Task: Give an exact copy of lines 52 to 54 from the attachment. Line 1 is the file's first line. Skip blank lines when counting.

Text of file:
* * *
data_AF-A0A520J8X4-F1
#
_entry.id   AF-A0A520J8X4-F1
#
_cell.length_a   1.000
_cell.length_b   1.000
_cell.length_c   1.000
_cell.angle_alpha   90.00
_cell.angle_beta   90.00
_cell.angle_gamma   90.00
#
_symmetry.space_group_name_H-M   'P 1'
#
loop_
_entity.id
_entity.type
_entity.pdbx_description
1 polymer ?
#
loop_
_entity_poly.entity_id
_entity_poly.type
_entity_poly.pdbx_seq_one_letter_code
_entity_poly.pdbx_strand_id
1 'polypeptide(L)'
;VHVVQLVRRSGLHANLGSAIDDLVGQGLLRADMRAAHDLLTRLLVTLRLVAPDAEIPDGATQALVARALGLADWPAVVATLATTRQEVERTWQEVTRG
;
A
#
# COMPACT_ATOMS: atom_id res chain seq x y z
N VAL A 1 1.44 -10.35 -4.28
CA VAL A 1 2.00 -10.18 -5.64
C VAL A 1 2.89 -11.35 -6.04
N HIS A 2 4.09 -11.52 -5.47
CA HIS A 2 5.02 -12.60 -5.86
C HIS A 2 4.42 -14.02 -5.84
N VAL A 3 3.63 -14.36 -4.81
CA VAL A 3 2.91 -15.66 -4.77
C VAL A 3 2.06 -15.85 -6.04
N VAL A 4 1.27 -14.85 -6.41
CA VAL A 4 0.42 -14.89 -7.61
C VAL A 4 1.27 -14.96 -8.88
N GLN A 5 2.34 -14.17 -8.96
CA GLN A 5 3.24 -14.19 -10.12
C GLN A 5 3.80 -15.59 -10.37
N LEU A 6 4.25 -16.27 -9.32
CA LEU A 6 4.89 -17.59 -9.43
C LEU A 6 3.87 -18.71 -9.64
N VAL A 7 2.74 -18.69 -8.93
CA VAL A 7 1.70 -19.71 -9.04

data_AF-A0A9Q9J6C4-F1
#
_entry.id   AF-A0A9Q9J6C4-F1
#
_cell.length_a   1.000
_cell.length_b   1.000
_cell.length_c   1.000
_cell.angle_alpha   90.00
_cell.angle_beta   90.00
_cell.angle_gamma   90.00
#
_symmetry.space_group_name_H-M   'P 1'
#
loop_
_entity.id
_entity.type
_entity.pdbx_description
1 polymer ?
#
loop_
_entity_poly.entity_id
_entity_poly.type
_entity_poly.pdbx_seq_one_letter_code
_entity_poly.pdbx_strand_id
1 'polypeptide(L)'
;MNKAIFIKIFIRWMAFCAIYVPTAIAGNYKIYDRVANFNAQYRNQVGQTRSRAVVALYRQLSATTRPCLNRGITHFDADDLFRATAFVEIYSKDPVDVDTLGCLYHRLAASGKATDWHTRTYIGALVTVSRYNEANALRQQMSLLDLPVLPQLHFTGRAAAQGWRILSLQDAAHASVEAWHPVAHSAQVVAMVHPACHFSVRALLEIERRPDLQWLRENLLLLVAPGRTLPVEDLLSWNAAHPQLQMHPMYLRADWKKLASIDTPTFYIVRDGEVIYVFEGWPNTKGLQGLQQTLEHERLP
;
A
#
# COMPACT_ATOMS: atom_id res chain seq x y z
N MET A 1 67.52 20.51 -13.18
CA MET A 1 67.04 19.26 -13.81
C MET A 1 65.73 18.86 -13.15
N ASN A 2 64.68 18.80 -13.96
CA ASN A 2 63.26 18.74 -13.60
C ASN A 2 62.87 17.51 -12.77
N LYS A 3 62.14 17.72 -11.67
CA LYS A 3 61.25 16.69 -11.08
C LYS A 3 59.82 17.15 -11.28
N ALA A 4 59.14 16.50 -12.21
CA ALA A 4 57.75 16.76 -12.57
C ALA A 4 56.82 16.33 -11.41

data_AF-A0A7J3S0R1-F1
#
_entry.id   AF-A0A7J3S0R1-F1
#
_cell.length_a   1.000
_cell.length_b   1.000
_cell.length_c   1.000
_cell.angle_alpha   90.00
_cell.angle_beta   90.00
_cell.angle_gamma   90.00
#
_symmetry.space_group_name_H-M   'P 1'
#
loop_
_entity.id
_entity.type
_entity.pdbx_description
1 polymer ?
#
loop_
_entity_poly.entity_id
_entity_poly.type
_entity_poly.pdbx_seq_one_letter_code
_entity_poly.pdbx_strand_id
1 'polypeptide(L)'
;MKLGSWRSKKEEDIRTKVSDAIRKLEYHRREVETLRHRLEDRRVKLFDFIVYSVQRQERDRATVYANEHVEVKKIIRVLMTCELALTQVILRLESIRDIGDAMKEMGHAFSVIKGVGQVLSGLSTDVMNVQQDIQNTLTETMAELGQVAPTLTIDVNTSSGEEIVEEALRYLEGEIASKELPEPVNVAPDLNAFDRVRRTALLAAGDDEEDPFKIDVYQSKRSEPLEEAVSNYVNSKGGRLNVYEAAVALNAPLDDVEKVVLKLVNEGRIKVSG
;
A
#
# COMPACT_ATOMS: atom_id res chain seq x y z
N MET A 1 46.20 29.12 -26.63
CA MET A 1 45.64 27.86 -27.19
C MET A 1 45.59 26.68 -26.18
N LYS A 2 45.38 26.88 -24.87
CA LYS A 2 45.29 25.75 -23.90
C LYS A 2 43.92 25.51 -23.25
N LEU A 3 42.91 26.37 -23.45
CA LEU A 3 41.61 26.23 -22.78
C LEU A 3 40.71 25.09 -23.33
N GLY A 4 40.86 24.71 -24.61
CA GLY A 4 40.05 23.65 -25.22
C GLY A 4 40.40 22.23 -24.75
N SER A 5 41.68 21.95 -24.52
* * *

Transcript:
#
_entry.id   AF-A0A9Q9J6C4-F1
#